A good first aid manual is a good start.
              I would take that a step farther, and recommend taking Red Cross standard and advanced first aid courses, along with CPR. As a former paramedic, I can tell you, once you learn it, it stays with you. One thing to add is a touriquet, and again, the knowledge of when and how to use it. The life you save may be your own...
              Jeff & Tara
              (And Ginger too)
              Lake Havasu City, AZ

              2000 Bayliner 3388
              "GetAway"
              Cummins 4bta 250s

              In memory of Shadow, the best boat dog ever. Rest in peace, girl. July 2, 2010

              Comment


                #8
                Mocoondo wrote:
                I just keep a good quality commercially available first aid kit on board. If an injury cannot be addressed with what we have on board, then a call to the coast guard / police would be in order.

                I did have one situation a number of years ago where a guest was injured and ultimately required a couple stitches. I'm not medically qualified, so I don't feel it would have been appropriate for me to administer stitches or other medical procedures absent any sort of professional medical training. We just buttoned him up and got him in to shore.

                I would be remiss in not pointing out that if you do choose to administer any sort of medical procedure, such as suturing a wound, you can and will be responsible should something happen as a result of your actions. Unless you have a "Dr." prefix attached to your name, you shouldn't be approaching anyone with a needle, stapler, or scalpel.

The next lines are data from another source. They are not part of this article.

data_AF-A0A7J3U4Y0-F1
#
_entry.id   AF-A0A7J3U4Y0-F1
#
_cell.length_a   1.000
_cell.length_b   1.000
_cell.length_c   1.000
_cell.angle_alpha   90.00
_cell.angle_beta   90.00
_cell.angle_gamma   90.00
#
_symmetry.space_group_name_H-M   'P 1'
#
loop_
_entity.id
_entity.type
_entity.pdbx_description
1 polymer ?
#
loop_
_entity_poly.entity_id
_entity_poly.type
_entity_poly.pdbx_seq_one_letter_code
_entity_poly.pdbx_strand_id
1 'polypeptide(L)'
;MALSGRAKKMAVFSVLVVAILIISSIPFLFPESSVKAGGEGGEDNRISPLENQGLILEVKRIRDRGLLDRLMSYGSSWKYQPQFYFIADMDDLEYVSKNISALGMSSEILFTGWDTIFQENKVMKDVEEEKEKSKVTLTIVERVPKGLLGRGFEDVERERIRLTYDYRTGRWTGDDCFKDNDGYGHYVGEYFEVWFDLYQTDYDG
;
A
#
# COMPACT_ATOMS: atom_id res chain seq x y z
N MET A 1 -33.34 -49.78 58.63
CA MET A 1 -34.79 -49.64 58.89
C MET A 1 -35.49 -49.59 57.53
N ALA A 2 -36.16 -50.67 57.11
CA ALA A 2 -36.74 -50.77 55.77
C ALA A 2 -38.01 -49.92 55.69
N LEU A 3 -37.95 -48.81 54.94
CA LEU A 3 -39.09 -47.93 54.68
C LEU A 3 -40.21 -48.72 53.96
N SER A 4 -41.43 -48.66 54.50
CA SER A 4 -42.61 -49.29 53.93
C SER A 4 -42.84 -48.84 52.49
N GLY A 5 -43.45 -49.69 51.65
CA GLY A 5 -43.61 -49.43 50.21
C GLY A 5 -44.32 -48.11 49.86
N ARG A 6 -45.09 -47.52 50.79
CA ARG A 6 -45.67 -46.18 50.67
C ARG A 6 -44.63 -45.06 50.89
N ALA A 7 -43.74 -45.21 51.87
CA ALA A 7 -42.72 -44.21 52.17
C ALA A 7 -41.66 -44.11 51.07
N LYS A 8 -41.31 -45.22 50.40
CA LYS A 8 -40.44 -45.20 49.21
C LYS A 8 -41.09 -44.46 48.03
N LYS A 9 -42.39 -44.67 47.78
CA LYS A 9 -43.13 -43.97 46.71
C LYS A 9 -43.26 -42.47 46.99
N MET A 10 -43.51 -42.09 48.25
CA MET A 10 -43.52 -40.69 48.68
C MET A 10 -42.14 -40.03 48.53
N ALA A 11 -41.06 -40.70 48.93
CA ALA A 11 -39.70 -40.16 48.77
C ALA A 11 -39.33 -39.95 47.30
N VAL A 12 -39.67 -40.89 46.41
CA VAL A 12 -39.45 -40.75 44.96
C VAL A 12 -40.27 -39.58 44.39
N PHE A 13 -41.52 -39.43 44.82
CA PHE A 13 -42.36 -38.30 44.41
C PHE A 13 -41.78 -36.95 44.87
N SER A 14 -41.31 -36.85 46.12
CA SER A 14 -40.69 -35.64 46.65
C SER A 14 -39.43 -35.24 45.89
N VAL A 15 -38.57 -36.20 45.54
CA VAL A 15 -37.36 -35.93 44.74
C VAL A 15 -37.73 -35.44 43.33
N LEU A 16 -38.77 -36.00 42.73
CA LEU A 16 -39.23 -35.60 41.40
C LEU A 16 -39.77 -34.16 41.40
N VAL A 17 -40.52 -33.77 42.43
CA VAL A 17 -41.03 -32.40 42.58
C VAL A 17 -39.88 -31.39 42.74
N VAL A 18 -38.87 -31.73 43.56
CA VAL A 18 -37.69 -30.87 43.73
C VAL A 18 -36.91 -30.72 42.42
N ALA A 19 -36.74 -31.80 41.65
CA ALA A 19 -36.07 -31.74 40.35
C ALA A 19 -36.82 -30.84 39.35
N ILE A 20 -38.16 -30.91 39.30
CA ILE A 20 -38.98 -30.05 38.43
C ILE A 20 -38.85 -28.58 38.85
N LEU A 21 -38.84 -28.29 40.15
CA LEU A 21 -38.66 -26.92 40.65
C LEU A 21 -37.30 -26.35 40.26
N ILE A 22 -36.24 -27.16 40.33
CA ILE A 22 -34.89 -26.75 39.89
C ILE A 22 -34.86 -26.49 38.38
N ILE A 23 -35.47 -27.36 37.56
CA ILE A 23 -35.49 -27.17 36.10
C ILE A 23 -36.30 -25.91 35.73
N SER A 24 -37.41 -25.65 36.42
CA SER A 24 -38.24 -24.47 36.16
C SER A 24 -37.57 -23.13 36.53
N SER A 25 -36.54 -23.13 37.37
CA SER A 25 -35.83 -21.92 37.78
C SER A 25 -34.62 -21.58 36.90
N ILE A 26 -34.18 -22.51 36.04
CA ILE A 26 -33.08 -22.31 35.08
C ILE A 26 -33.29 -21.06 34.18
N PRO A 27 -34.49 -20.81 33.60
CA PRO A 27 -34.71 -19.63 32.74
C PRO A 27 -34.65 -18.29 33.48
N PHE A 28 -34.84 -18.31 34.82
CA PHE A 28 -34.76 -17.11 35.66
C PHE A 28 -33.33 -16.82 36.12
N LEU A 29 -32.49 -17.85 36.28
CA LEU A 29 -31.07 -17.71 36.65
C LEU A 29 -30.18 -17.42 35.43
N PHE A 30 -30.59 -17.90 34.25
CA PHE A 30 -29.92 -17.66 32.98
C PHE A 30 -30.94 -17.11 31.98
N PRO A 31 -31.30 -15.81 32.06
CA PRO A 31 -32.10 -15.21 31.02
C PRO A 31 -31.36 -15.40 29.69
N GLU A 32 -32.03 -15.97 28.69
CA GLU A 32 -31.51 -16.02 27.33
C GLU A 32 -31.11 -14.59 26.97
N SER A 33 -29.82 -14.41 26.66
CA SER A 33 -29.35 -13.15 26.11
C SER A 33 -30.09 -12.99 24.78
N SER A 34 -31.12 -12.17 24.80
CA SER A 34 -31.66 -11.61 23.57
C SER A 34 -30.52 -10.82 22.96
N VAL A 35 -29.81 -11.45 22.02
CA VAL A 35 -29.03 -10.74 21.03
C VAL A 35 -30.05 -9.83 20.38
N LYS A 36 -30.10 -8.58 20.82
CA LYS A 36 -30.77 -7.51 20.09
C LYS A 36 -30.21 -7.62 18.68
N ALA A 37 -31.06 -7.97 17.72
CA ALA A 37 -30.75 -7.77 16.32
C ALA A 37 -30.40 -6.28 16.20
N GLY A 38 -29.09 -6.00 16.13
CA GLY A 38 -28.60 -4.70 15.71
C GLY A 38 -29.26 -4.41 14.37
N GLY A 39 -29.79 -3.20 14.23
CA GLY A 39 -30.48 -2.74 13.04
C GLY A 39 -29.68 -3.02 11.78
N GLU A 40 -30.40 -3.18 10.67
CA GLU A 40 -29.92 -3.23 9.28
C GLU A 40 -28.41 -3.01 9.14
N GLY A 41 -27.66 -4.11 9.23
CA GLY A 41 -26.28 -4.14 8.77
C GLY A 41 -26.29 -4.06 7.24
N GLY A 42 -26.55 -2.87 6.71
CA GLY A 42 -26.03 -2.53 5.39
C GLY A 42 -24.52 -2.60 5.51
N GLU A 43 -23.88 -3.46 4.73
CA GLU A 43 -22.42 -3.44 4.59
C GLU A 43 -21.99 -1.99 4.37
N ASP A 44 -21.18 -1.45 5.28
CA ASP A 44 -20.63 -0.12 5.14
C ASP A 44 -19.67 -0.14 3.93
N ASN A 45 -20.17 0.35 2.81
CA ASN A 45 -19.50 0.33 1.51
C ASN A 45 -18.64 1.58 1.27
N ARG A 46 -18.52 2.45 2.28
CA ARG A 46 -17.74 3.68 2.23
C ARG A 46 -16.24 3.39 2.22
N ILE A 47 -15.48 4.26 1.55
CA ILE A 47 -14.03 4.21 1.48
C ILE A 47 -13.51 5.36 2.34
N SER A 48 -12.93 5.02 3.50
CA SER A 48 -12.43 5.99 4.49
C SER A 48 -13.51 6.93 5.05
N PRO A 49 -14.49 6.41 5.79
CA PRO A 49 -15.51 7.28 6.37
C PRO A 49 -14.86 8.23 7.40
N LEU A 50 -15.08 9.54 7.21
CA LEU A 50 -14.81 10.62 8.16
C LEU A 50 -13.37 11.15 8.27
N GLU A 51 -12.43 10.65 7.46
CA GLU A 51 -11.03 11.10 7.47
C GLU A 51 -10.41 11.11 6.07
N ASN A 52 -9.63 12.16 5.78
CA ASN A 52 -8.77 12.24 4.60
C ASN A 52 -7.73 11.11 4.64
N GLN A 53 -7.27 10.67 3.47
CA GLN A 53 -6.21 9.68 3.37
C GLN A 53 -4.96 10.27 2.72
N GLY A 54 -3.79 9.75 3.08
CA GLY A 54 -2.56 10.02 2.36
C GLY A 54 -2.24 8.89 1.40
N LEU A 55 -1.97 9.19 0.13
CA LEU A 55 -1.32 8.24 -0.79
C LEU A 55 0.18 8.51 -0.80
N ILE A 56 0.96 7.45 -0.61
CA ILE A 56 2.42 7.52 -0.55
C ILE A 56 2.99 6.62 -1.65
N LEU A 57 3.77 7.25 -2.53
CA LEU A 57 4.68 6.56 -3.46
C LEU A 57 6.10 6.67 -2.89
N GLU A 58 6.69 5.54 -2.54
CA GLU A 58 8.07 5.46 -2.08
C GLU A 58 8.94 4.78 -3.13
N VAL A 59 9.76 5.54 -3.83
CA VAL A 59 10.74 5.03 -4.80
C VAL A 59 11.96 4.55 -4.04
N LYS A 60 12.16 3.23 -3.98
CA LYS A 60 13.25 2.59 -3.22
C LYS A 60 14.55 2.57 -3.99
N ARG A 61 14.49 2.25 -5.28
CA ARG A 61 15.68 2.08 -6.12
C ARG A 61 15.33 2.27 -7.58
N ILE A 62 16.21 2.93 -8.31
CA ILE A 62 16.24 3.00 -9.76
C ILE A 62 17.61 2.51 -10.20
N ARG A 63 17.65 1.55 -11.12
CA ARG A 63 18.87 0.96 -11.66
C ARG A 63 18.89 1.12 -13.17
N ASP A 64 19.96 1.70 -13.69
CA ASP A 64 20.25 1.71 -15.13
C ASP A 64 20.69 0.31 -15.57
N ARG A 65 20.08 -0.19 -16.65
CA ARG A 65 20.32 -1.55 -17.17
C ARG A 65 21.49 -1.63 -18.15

Ditto on the commercial first aid kit. Mine is from Cintas

                I agree with you and administering help. Last summer one of our friends children fell thru the open bow hatch and cut his head open. They raced back to the Marina as the gash in his head needed stiches. They applied pressure and kept him awake during the ride back and the wait for paramedics to take him to the hospital.

                Why do I tell this story? The Dad is a licensed nurse practitioner.
                Phil, Vicky, Ashleigh & Sydney
                1998 3055 Ciera
                (yes, a 1998)
                Previous boat: 1993 3055
                Dream boat: 70' Azimut or Astondoa 72
                Sea Doo XP
                Sea Doo GTI SE
                Life is short. Boats are cool.
                The family that plays together stays together.
                Vice Commodore: Bellevue Yacht Club

                Comment


                  #9
                  jeffw wrote:
                  I would take that a step farther, and recommend taking Red Cross standard and advanced first aid courses, along with CPR. As a former paramedic, I can tell you, once you learn it, it stays with you. One thing to add is a touriquet, and again, the knowledge of when and how to use it. The life you save may be your own...